Knock knock: It’s Public Safety, open up a dialogue

By Jack Caron


Most colleges in the United States have some sort of campus security or police department. It seems the student bodies of these institutions are often at odds with these campus security organizations. At St. Michael’s College this security is called Public Safety, commonly known among stduents as Pub Safe. As a student, I myself have been at odds with Public Safety in the past. Like many college-aged adolescents, I sometimes find Friday night respite through the consumption of alcohol in social situations. As an organization whose mission is to keep college students safe and within the laws of the college and surrounding area, Pub Safe has a difficult job to say the least.

“Public Safety officers deal with many of the same issues that other local police departments deal with,” Doug Babcock, director of public safety told me in a recent interview, “the difference is Public Safety officers have more rules to follow and fewer resources, such as the inability to make an arrest in a potentially dangerous situation.” The fact that students like myself tend not to enjoy most interactions with Public Safety would lead one to imagine the relationship between Pub Safe and the student body might be strained at best.

The one resource that Public Safety has that local police officers don’t is the ability to talk to students after an incident and discuss what went wrong in the situation. This potential for an open dialogue was further echoed by Jeff Vincent, coordinator of community standards & student conduct/assistant dean of students.

“The best relationship [between public safety and students] on campus is for us all to realize we are all St. Michael’s College,” Vincent said. “We may have different roles and different ways in which we walk, but ultimately we all love our community.” Vincent went on to describe how the senior class has been working with public safety and residence life this year in a partnership to keep the community safer by communicating what the seniors want help with and what Public Safety needs from the student body as part of the community.

In order for there to be a peaceful and mutually beneficial relationship between any governing institution and a population of people, there needs to be a dialogue of understanding and respect. Based on my conversation with the representatives of Pub Safe and Res Life, it is clear that nobody is out to get anybody on campus. Public Safety exists to keep students safe and within school rules. However, they’re also people, and they’re part of our school’s community. They want to help us, and they want us to help them. Everyone wants to have fun on campus on weekend nights, but there needs to be an understanding that when things get out of hand people can get hurt and avoidable harm can come to the community. The communication between the upperclassmen and Public Safety is what may help keep this campus a fun and sustainable environment for all members of the community.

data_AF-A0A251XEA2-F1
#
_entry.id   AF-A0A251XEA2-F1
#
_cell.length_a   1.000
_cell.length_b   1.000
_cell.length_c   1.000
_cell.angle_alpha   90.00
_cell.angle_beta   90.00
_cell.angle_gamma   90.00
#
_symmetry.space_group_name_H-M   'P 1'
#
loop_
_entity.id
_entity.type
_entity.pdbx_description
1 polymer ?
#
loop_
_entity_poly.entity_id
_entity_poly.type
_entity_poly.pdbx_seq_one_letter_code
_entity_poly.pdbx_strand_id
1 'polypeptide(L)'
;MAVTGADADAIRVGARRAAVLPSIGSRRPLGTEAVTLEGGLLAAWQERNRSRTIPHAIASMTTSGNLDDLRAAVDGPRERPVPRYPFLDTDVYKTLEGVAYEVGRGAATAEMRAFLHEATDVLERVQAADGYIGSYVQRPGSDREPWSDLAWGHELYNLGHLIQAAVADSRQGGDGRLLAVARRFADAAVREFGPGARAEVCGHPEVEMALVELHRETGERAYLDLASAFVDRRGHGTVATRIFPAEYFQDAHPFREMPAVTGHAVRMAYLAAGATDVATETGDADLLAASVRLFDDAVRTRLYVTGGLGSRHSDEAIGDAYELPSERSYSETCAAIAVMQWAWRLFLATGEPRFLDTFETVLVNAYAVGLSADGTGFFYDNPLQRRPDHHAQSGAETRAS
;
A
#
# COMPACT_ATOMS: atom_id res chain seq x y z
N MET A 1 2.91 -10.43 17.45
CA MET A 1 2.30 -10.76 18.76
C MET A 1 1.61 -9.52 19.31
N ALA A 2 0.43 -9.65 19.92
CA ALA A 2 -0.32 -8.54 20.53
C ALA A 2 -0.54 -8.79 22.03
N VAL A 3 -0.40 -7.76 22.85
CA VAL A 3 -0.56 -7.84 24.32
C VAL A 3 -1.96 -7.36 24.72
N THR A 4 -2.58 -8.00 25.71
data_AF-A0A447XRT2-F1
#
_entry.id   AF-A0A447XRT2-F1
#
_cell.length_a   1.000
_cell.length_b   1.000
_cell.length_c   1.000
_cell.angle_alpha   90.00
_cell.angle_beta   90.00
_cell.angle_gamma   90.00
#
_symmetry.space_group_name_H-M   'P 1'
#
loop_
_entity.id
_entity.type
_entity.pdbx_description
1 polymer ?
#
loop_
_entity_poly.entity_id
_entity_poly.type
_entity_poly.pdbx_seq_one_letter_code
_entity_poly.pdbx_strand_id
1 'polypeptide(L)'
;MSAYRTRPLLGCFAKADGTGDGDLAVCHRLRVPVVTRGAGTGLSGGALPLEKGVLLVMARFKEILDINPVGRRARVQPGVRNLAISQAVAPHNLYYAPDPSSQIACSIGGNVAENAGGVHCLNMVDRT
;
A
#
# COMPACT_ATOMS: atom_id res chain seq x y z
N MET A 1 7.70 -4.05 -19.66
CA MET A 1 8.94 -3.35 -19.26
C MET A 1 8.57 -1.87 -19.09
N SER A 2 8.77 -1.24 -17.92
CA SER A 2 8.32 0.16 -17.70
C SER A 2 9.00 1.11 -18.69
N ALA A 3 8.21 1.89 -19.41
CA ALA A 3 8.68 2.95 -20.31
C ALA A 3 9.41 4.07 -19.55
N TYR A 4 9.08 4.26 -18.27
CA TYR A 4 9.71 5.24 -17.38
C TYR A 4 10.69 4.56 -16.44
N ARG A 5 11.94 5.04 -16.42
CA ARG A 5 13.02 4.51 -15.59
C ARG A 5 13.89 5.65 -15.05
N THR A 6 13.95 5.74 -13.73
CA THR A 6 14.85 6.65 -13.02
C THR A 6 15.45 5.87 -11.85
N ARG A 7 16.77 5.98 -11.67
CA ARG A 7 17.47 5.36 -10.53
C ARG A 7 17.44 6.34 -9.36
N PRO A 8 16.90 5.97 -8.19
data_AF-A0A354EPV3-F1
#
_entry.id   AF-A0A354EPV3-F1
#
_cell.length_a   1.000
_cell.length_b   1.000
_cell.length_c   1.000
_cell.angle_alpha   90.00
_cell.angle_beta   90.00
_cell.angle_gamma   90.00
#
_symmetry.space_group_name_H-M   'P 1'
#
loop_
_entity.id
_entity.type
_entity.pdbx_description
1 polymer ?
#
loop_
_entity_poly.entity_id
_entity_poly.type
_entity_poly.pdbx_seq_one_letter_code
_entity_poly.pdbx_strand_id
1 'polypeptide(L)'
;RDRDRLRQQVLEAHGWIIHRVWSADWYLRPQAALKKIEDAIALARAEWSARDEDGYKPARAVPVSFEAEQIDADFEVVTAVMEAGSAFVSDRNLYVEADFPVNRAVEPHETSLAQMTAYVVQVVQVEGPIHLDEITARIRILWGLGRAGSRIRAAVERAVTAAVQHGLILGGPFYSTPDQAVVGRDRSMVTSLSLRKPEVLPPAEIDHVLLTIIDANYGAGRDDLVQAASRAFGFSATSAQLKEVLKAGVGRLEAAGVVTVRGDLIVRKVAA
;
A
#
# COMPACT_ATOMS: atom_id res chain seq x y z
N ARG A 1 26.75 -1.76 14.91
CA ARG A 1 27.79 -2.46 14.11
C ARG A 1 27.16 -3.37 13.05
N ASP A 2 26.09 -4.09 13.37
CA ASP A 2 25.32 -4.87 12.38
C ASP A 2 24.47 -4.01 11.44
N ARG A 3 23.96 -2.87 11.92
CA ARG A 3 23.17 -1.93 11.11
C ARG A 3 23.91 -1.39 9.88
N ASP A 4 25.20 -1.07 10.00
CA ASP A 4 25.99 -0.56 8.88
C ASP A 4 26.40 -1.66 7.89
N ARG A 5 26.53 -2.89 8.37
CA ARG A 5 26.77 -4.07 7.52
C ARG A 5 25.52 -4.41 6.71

There needs to be a happy medium to keep everyone safe and behaving within reason while also maintaining a fun, positive atmosphere among students during social gatherings on campus. Does this mean that some parties might not be able to have a large shouting crowd of underclassmen drinking outside a house until the sun comes up? It may. The hope of this more involved Public Safety  presence on campus, however, is to establish an environment of moderation and cooperation.

“I don’t have the ability to access the exact statistics right now,” Babcock said. “But I can tell you that my officers have reported noticeably fewer incidents this semester than we would typically have had by this point.” If Public Safety being stricter on keeping parties within their party registration guidelines means fewer students are actually getting citations, maybe it isn’t such a bad thing for the social scene of the college at all.

My opinion on the more involved presence of Public Safety around the townhouses shifted somewhat with the perspective I gained from my discussion with Vincent and Babcock. Students need to understand where Public Safety is coming from in order to allow Public Safety understand us. We want the freedom to have fun on weekends, but we also want all of the members of our community to feel safe. The best way to make that happen is to work alongside “our partners in Public Safety” and communicate with them.